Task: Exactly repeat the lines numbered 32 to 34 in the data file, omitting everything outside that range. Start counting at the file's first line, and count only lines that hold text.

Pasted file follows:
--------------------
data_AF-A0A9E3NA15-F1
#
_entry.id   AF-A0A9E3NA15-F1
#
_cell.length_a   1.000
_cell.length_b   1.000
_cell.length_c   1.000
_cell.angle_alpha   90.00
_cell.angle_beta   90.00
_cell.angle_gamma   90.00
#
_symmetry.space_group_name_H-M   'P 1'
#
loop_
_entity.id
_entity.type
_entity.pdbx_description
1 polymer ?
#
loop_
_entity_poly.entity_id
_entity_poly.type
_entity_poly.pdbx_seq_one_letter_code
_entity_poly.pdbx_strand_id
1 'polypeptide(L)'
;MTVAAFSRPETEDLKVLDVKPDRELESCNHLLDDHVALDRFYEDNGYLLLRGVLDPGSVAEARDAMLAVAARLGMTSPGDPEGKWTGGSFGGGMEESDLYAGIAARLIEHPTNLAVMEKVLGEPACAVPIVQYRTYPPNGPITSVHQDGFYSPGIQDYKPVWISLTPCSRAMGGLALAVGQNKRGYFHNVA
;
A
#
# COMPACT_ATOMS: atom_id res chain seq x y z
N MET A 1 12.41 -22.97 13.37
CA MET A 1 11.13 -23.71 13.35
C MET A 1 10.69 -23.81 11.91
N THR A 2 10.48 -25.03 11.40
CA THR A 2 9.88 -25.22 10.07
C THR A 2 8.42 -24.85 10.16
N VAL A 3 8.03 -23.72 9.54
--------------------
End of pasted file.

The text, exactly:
CA MET A 1 11.13 -23.71 13.35
C MET A 1 10.69 -23.81 11.91
N THR A 2 10.48 -25.03 11.40